Noble Reed spent many of his 73 years living just a few hundred feet from the railroad tracks heading north out of downtown Fort Worth, and he’s so accustomed to train horns that he easily blocks out the noise.
“It’s amazing how the human body and mind can separate sounds,” said Reed, president of the Greenway Neighborhood Association, which represents a cluster of homes just north of downtown and west of Interstate 35W.
Reed and other residents of Greenway and also the Rock Island/Samuels Avenue area for years have endured freight train congestion just outside their doors. In one area near Nash Elementary School, children sometimes crawled under the trains, which would block intersections for long periods, to get to school.
But a sweeping $104 million project to relieve that congestion is progressing quickly, railroad officials say. The so-called Tower 55 project, named for the famously busy railroad intersection in the shadow of the I-35W/I-30 Mixmaster, is on course to be completed by September, a spokesman said Tuesday.
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It’s being paid for with a combination of funds, including a $34 million federal transportation grant and contributions from Union Pacific Railroad and BNSF Railway.
“It truly is a collaboration,” said Joseph Faust, spokesman for Fort Worth-based BNSF Railway.
The railroads were criticized for years for allowing trains to block intersections — sometimes for an hour or more — making it hard for residents in the small pockets of neighborhoods within the web of the tracks to get in and out. But more recently, Reed said, the railroads and city officials have been helpful and have tried to keep people informed of construction progress.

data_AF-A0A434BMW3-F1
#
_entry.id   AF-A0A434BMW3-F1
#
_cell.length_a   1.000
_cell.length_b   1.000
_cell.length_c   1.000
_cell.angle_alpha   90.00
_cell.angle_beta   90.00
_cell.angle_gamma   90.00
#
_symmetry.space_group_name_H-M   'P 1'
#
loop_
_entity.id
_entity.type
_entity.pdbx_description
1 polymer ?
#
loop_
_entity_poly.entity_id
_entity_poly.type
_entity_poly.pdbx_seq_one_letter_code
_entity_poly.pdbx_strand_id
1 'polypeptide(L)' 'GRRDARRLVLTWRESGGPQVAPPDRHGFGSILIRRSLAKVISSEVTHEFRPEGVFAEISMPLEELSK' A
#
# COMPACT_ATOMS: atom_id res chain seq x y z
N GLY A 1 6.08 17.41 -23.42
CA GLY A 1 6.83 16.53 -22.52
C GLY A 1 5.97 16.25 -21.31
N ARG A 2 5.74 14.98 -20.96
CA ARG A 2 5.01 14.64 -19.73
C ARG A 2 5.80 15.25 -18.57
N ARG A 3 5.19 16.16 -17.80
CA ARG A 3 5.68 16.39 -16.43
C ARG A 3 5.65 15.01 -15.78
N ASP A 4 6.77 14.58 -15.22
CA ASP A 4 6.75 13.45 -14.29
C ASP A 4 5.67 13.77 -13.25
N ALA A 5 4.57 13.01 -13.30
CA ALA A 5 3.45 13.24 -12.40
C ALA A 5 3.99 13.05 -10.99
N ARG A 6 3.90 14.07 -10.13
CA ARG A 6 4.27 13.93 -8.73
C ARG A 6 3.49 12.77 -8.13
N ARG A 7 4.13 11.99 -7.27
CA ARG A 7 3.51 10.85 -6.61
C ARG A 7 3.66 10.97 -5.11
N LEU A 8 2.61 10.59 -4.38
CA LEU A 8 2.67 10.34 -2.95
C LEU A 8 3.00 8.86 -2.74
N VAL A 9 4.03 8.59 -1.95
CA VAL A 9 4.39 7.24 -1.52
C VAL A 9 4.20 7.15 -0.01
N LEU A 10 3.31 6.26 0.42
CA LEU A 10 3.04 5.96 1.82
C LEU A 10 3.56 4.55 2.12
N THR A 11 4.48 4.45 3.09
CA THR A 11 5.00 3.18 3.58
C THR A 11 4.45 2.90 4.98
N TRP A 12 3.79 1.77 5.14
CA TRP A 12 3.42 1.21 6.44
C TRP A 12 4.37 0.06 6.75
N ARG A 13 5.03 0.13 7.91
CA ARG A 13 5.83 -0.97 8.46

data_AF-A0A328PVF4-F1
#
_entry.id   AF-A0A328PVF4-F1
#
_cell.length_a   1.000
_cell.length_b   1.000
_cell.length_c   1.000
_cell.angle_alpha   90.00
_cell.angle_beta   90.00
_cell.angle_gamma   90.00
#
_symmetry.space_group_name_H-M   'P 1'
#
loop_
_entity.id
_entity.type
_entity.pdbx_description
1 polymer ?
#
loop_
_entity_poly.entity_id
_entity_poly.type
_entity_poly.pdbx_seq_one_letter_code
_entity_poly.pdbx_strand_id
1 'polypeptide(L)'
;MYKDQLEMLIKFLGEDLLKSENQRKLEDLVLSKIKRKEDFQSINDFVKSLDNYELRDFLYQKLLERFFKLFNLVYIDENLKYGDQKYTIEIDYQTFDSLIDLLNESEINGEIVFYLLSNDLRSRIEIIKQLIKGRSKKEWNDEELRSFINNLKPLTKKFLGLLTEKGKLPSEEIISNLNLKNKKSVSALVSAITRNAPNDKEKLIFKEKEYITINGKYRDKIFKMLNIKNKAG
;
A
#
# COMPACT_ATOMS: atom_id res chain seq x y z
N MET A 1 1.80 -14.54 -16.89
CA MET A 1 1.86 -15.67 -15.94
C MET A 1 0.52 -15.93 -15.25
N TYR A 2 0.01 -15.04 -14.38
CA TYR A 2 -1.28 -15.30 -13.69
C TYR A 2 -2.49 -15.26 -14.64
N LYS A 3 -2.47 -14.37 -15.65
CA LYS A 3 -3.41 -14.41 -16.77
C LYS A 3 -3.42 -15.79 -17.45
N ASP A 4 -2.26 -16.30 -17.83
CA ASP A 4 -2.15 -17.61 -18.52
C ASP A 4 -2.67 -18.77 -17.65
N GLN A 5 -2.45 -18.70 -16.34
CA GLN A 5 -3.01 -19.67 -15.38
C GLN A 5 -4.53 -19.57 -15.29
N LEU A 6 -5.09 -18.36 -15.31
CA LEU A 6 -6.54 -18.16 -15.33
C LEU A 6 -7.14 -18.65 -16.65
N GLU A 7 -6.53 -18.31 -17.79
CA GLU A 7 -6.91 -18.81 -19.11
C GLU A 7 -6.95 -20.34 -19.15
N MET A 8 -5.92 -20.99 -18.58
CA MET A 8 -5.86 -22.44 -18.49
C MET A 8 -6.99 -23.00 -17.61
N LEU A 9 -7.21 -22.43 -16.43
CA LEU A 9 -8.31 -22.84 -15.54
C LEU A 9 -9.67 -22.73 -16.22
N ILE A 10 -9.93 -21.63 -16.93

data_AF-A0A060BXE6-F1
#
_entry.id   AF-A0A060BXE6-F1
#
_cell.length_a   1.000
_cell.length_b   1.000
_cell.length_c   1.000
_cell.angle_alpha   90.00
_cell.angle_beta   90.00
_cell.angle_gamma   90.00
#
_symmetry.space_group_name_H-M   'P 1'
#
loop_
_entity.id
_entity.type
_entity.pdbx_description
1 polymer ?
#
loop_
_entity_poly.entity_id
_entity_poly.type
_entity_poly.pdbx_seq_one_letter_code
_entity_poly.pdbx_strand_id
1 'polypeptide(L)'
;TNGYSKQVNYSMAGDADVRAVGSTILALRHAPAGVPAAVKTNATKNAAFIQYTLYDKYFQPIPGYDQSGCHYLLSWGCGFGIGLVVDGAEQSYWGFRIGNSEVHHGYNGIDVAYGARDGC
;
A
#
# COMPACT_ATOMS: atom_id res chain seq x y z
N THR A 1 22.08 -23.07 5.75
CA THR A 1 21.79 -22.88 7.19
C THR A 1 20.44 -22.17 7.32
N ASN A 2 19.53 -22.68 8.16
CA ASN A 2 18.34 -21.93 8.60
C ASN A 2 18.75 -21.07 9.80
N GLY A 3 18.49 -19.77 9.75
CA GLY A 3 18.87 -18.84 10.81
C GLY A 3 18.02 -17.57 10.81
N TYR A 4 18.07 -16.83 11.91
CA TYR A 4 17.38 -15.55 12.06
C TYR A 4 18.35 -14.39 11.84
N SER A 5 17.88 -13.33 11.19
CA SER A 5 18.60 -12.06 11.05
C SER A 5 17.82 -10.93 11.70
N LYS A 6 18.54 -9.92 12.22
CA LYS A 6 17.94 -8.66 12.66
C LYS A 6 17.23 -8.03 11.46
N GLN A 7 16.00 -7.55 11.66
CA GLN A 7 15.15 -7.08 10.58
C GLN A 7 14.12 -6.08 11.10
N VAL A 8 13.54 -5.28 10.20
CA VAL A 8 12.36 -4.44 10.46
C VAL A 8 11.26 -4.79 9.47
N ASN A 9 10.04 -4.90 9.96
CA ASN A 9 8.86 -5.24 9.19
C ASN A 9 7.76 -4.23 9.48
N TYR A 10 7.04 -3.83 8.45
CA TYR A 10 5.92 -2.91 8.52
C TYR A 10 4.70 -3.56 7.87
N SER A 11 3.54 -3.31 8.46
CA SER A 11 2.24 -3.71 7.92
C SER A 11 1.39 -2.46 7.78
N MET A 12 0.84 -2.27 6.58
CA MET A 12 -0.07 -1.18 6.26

“We have been fortunate enough to communicate with them. They have come to some of our meetings,” said Reed, who grew up in the Greenway neighborhood from 1945 to 1958 before leaving home for college. He then returned in 1991 to live in the home that his parents never left.
“I can recall only one day [when] the bridge at Cold Springs Road was closed,” he said, citing recent construction progress. “Other than that, it hasn’t really hampered through traffic.”
The investment in Tower 55 comes as many of the nation’s railroads, including Union Pacific and BNSF, are in the midst of a freight-hauling renaissance.
BNSF said last year that it planned to spend $240 million on maintenance and capacity projects just in Texas, including Tower 55. The company is also planning to expand its headquarters along Western Center Boulevard in far north Fort Worth.
Tower 55 is at the intersection of four railroad tracks that collectively handle about 90 train crossings a day, making it one of the busiest rail confluences in the United States. The two east-west tracks are owned by Omaha, Neb.-based Union Pacific. One north-south track is also owned by Union Pacific, and the other is owned by BNSF.
The Tower 55 project includes construction of a third north-south line, owned by BNSF. The new track will add 9,000 feet of capacity, which should reduce the time intersections are blocked by trains along surrounding streets, officials have said.
Several pedestrian crossings are also scheduled to be enhanced.
In September 2011, then-Transportation Secretary Ray LaHood visited Fort Worth to sign documents and ceremoniously kick off the Tower 55 work, although dirt didn’t actually fly until last year.
Officials from both railroads have said the improvements should give them enough room for about 10 years’ worth of business growth and expansion.
This week, crews can be seen working on or near the railroad bridge over East Lancaster Avenue near downtown Fort Worth. They are clearing space to lay the new north-south line, said Raquel Espinoza, a Union Pacific spokeswoman.
South of downtown, much of the new north-south line is already in place, its shiny new rails and concrete ties visible to passers-by on the Hattie Street overpass.
Work is also progressing north of downtown, Espinoza said.
“Crews are also doing grading for a bridge off of Cold Springs Road,” she said in an email.
Reed said he looks forward to the end of the construction. Since the work began last year, trains have been sounding their horns more than usual to alert workers in the area, he said.
“They’re short bursts of sounds,” he said.
“The only thing about the Tower 55 project is, it might mean more train traffic coming through here,” he said, laughing. “But I’ve lived here so long I’ve learned to ignore the sounds.”